Heat / enthalpy / that H thing

Now that you know the introductory terminology for thermodynamics, it’s time to actually learn something.  Don’t get all frowny – you knew this was coming sooner or later!

sadtutu

Like most people, this girl studies chemistry while wearing a tutu.

We’re going to start with talking about enthalpy, because it’s my website and this is how I want to do it.  If you don’t like it, you should start your own site.


Enthalpy (H)

There’s a big official definition of enthalpy involving pressure and volume and stuff, but as a chemist, I’ve never actually had to use any of it.  As a result, I’ll just give you a nice and easy functional definition of enthalpy:

Enthalpy is the amount of heat that some system can transfer to another system.

This may seem easy to understand, because it’s our personal experience that if you have one thing with a lot of energy (e.g. a hot plate) and something with less energy (e.g. a frozen cat), the hot plate will transfer energy in the form of heat to the cat.

Unfortunately, it’s not simple at all.  For example, let’s say that instead of putting a frozen cat on the hot plate, we put a red hot nickel ball on the hotplate instead.  In this case, heat would probably be transferred into the hot plate, rather than transferred out of it.

In other words, the term H, by itself, doesn’t really tell us much, as it is highly dependent on the surroundings of the system you’re interested in.


Let’s try that again:  Enthalpy

Given that the enthalpy of a system is impossible to determine, we have to settle for finding the change in enthalpy (ΔH) for a process.  This is something we can measure, because we can measure the properties of a system both before and after a process to see what’s happened.

As you’ve undoubtedly seen, there are a bunch of different ΔH terms you need to keep track of. Fortunately, they’re all the same in that all they do is help you to figure out how much heat has either moved into something or moved out of something.  Let’s look at some of our favorite enthalpy terms:

heats table

If ΔH for a process is negative, we refer to the reaction as being exothermic because it has lost energy.  When you perform an exothermic reaction, the surroundings get hot because all of that energy had to leave the system and go somewhere.  That somewhere are the surroundings.

If ΔH for a process is positive, we refer to the reaction as being endothermic because it has gained energy.  Endothermic reactions feel cold, because the stuff that’s reacting is literally pulling heat from your hand (i.e. it’s surroundings) during this reaction.


Finding heats of reaction from heats of formation

Let’s say that we have a chemical process that looks like this:

A + 2 B → 3 C

To figure out the heat of reaction, you need to figure out how much more or less energy the products have than the original reactants.  Fortunately for us, we can do this by simply comparing the sums of the heats of formation for these compounds.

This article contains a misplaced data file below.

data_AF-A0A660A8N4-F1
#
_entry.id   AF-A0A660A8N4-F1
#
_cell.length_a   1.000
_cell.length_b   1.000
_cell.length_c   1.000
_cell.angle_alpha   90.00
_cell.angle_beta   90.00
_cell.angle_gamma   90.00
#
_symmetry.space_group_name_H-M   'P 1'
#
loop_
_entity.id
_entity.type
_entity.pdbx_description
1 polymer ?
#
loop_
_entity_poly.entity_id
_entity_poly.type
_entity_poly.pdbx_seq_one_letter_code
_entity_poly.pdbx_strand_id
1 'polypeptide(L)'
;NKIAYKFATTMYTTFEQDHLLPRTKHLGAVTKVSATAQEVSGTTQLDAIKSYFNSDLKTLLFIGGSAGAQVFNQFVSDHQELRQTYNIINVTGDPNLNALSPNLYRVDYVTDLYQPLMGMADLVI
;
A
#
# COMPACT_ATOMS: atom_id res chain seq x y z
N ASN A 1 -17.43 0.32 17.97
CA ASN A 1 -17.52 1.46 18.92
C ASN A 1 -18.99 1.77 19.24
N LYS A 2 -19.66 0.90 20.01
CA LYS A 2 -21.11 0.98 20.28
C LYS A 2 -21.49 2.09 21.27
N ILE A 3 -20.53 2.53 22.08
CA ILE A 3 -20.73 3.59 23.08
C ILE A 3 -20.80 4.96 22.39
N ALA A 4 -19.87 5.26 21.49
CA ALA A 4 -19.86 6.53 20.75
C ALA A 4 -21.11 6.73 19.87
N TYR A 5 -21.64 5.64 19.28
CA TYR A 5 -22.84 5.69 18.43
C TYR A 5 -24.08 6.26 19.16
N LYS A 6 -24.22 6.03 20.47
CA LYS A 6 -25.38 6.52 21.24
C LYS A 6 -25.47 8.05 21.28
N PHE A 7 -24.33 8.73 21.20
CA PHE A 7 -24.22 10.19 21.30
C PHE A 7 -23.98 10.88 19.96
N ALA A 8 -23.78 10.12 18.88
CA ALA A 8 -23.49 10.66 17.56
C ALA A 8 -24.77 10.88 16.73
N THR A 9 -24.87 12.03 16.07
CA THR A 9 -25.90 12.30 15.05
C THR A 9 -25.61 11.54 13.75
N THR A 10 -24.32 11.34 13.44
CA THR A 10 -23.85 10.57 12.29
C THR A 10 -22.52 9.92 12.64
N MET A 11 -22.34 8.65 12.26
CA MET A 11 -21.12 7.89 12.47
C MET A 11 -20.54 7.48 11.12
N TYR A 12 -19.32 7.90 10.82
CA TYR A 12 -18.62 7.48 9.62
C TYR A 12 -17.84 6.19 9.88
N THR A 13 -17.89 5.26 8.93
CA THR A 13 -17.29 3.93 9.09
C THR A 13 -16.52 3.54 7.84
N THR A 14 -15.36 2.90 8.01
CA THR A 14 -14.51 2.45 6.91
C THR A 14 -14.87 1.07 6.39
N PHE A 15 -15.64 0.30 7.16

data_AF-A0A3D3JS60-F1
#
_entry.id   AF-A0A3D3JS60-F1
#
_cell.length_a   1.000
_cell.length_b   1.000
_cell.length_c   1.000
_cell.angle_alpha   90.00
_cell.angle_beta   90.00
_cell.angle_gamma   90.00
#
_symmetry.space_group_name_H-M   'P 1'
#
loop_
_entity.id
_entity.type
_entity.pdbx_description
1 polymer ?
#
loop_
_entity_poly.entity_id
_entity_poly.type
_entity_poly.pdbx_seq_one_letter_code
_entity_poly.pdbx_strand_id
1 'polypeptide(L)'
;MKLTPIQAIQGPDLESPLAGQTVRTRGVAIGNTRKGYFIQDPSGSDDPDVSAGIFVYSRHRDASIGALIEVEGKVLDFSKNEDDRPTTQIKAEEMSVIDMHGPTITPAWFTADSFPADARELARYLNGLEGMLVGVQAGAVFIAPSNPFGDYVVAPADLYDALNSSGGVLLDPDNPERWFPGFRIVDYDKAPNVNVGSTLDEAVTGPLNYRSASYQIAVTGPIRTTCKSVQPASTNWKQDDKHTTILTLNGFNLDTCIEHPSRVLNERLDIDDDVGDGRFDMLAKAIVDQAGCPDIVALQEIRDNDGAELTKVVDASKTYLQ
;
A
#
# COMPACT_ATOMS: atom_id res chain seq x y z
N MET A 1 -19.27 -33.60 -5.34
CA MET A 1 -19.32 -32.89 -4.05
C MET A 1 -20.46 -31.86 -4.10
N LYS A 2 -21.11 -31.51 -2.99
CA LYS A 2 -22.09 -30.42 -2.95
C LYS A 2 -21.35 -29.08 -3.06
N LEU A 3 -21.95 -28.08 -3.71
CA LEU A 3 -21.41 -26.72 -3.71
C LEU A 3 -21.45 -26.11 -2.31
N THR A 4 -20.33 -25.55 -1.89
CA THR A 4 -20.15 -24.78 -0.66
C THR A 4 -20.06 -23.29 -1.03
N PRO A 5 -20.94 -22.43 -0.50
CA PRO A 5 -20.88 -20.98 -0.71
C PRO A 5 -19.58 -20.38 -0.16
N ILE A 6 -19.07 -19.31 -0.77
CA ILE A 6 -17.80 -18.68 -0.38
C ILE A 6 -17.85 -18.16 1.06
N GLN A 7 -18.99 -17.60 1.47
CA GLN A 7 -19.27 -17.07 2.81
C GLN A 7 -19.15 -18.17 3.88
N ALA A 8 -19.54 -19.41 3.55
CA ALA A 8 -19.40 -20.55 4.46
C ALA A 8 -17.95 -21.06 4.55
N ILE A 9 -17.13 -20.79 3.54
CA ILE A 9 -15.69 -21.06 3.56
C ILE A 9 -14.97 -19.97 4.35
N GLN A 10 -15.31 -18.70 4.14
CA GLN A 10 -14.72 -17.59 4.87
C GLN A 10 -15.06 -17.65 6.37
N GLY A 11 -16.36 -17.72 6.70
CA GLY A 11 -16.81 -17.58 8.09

Let’s assume that the heat of formation of A is 50.0 kJ/mol, the heat of formation of B is 35.0 kJ/mol, and the heat of formation of C is -45.0 kJ/mol.  To find the overall heat of reaction, all we have to do is compare the heat of formation of the reagents to those of the products.

  • The reagents:  One mole of A has a heat of formation of 50.0 kJ, and two moles of B have a heat of formation of 70.0 kJ (35.0 x 2).  The total heats of formation of the reagents:  120.0 kJ.
  • The products:  Three moles of C have a heat of formation of -135 kJ (-45.0 x 3).  The total heat of formation is -135 kJ.

If we start off with 120.0 kJ and end up with -135 kJ, you can see that we have gone down in energy by a total of -255 kJ during this reaction (if this isn’t clear, you can find this by subtracting the heats of formation of the reagents from the heats of formation of the products).  As a result, this reaction is exothermic and can be written as:

A + 2 B → 3 C        ΔHrxn = -255 kJ


Hess’s Law:  Many paths to the top

Let’s say that you’re planning on going to a mountain holiday and want to hike from Thermoville to Enthalpytown.  However, before you make the hike, you’d like to figure out the altitude difference between the two towns.  After all, nobody wants to hike uphill more than they have to.

Being a clever person, you decide to ask a villager for the information.  Being an idiot, the villager draws a map but can’t give you the precise information you want:

map

“OK,” you ask the idiot, “what does this mean for me?”

The idiot replies, “You’re here and you want to get to that place with the mean dog.”  I don’t know how high that mean dog’s house is, but I do know that you have to go down 250 meters to see Bobby and that Bobby has to go 680 meters up if he wants the mean dog to bite him.

Though stupid, the villager gave you the information you want.  To get up to Enthalpytown (i.e. the place with the mean dog), you first have to go down 350 meters to the valley where Bobby lives and then go up 680 meters to get to the town.  The total altitude change:  330 meters.